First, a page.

2. Like many of his characters Murakami is an avid jazz lover and jazz record collector, many of the titles in his huge collection (over 6000 vinyls) being in this genre. An real encyclopedia about the genre, he also managed his very own private jazz bar in his youth, and the atmosphere and people he met there were a powerful source of inspiration. He was also a fan of Western literature in an age when American and English authors were not very popular in Japan, though he chose to read them in English rather than wait for the translation. He also read the classical Russian authors and was very fond of classical music.
3. As he said in an interview and later in a book about writing Murakami got the idea that he could write a novel while watching... a baseball game. When everything was over he had this strong belief that he could do it. So he went to a bookshop, bought himself a pen and sheets of paper and began writing in his spare time. Only later he would use an Olivetti typewriter for his manuscript. Way before computers and current technology. After completing the first version he rewrote on the typewriter in English, and then translated it once again to Japanese. He jokingly blamed his rather poor knowledge of English for his short phrases and quick style of telling a story. But it worked.
4. Haruki Murakami has a rather strict working schedule. When writing a large novel (as some of his works are) he keeps the rule of writing about 10 pages with 400 characters each, about two and a half Mac pages. He always stops when this number is reached, even if he still wanted to keep working. If he didn't feel like writing he simply forces himself to do it.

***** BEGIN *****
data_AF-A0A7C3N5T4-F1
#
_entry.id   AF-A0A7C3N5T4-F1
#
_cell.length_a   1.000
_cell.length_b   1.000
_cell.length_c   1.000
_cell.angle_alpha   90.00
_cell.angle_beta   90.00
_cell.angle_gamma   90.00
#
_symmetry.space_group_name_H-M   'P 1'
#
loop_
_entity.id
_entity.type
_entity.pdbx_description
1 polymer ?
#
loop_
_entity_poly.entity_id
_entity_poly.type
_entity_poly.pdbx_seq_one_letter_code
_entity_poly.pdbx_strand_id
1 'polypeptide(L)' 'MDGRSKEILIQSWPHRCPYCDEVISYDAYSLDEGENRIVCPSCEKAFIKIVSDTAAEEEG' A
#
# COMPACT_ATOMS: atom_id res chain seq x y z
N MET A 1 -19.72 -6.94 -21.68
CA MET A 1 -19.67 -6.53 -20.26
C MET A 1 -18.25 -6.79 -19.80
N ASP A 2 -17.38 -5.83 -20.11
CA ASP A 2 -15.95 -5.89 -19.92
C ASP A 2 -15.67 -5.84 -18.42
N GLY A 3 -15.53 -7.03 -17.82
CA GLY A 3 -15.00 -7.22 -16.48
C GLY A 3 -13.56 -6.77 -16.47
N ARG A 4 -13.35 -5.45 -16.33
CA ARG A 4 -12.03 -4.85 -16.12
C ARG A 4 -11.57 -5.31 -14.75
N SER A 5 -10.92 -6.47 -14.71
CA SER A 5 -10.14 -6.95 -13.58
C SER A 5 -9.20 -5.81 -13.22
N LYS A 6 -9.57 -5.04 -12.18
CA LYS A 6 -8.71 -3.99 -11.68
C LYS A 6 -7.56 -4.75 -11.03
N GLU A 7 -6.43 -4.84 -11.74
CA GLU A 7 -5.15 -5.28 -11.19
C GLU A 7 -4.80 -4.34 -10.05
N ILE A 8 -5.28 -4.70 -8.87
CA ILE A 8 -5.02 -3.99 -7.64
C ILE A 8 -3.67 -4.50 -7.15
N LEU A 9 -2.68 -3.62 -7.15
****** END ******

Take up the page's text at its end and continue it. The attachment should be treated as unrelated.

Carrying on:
5. He is an outsider in the literary world - both Japanese and international - as he doesn't want to be a part of it and keeps to himself. He doesn't have any friends among other writers and, as he once wrote, believes that "once you get several writers together things rarely go well".
6. The famous author - who might still one day be a Nobel winner - is by his own admission a "cat person", and one of his favourite ones was a gift from Ryu Murakami (no relation)
7. For a long time he refused to allow his first two novels - Hear the Wind Sing and Pinball - to be translated outside Japan, as he regarded these are very immature and rather bad books. Eventually he caved to the pressures of his fans from all over the world, but still he is not a fan of these works.